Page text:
Blum & Poe presents the second installment of the traveling exhibition Dansaekhwa and Minimalism, the first survey of Korean monochromatic painting with American Minimalism.
Consisting of more than twenty paintings and sculptures dating from the 1960s to the present, Dansaekhwa and Minimalism focuses on the most representative artists of each movement: Carl Andre, Chung Sang-hwa, Ha Chonghyun, Donald Judd, Kwon Young-woo, Lee Ufan, Sol LeWitt, Robert Mangold, Agnes Martin, Park Seobo, Robert Ryman, Richard Serra, and Yun Hyong-keun. Following the initial large-scale presentation in Los Angeles, this second iteration in New York presents a more intimate focus on smaller-scale works.
Emerging in the 1960s and transforming Korean art through the 1980s, Dansaekhwa literally means “monochrome painting,” but it is defined by the diverse array of methods employed as much as its minimal aesthetics. While Chung Sang-hwa created layered grids of cracked and chipped paint, Ha Chonghyun pushed viscous paint through the back of hemp, smearing and scraping the residue across the surface. Kwon Young-woo scratched, tore, punctured and sliced hanji paper, whereas Lee Ufan steadily and repeatedly pulled his brush down the canvas until the paint faded to nothing. Park Seobo dragged pencils through wet oil paint in rhythmic waves, while Yun Hyong-keun diluted paint with turpentine, allowing it to wash over and bleed into the canvas.
Like the Minimalists, the Dansaekhwa artists shared a desire to explore the object through its most basic material properties. However, they made their work amid starkly different conditions—enduring the material deprivations experienced in the decades after the Korean War and an oppressive political climate in which civil liberties were suspended in the name of national security. Nonetheless, they succeeded in overcoming these difficulties and by the early 1980s Dansaekhwa had become the first Korean artistic movement to be recognized internationally. Still, although the artists achieved renown in Seoul, Tokyo, and Paris, it was not until recently that they gained exposure in the United States, and thus the aesthetic and contextual similarities and differences with American Minimalism have yet to be examined.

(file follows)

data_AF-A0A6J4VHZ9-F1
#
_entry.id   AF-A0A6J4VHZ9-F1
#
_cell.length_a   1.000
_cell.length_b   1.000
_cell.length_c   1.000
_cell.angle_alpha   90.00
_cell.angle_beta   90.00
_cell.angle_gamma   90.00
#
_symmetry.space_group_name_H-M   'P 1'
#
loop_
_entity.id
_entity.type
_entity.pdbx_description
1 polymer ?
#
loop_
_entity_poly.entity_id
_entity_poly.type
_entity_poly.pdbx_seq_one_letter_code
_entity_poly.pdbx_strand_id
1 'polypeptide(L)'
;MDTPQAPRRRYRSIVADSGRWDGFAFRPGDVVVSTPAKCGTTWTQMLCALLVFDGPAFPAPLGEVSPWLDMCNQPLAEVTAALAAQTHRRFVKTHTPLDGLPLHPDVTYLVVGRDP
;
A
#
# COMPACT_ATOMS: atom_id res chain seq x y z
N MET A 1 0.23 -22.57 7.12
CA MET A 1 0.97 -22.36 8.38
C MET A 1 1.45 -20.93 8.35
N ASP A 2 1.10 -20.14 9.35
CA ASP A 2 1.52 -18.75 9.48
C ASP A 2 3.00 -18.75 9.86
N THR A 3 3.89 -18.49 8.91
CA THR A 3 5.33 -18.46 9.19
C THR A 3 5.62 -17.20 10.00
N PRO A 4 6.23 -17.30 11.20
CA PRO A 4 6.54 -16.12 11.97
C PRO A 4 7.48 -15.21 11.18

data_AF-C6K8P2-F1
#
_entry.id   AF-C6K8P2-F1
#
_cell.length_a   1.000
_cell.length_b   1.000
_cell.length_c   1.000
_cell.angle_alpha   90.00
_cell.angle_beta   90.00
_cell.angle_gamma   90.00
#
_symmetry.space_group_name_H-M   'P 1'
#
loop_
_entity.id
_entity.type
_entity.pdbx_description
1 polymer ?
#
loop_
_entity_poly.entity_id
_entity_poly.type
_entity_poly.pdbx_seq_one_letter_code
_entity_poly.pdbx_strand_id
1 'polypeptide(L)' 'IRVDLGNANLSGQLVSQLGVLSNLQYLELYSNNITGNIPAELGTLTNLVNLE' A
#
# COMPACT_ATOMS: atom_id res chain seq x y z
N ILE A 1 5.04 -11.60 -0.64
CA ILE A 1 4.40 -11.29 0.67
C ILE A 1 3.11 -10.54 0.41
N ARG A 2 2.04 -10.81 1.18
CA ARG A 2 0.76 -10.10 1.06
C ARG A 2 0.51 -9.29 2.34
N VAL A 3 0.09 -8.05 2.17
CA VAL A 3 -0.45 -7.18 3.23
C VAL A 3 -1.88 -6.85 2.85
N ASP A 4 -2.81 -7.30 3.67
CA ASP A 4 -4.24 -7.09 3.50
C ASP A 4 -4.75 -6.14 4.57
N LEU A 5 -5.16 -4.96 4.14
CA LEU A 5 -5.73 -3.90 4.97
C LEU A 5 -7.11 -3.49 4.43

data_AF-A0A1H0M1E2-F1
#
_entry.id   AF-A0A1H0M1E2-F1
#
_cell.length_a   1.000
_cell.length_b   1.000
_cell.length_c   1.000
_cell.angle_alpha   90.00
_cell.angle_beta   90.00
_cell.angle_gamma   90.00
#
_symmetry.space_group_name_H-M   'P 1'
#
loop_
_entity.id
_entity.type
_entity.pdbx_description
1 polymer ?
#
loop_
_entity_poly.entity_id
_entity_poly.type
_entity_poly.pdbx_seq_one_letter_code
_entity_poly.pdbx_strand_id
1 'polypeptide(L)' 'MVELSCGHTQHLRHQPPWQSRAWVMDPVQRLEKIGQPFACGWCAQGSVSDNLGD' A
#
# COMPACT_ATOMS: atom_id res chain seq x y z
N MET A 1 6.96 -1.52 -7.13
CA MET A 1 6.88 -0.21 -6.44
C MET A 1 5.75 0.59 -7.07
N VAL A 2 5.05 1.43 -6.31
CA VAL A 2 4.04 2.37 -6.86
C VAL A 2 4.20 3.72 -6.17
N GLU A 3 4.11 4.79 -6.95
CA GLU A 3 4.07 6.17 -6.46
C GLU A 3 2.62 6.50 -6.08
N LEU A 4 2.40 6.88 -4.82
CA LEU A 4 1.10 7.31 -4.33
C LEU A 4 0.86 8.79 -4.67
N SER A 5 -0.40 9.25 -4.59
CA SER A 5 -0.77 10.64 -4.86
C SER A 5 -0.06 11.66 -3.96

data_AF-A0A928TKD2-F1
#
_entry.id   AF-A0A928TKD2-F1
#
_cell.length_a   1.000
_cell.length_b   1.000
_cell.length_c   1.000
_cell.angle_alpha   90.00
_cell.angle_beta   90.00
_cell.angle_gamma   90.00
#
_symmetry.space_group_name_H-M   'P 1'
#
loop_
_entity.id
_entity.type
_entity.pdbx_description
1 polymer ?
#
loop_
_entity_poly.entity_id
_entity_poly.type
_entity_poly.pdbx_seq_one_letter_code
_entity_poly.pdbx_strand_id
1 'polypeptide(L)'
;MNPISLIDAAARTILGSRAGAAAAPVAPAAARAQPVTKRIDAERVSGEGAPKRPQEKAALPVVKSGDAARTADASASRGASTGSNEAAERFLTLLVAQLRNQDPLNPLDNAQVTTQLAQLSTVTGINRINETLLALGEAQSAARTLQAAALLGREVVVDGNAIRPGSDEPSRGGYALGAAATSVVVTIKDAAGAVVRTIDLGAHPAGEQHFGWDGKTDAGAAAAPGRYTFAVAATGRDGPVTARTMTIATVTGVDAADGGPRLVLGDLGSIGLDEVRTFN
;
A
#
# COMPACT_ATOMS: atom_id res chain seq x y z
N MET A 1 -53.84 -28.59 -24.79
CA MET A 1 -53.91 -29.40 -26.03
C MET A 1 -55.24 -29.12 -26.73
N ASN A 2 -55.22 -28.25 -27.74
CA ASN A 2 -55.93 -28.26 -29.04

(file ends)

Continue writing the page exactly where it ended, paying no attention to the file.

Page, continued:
This exhibition aims to highlight the subtle diversity of aesthetics and ideas explored in these two movements. Neither Dansaekhwa nor Minimalism was defined by a manifesto or a unified conceptual approach. Artists from both movements have expressed differing perspectives on the links between their practices and those of their immediate peers. In turn, the Korean artists variously acknowledge or disavow a relationship between Dansaekhwa and Minimalism. As the first major exhibition to bring these works together, this survey is intended as a non-didactic starting point for broader critical discussion.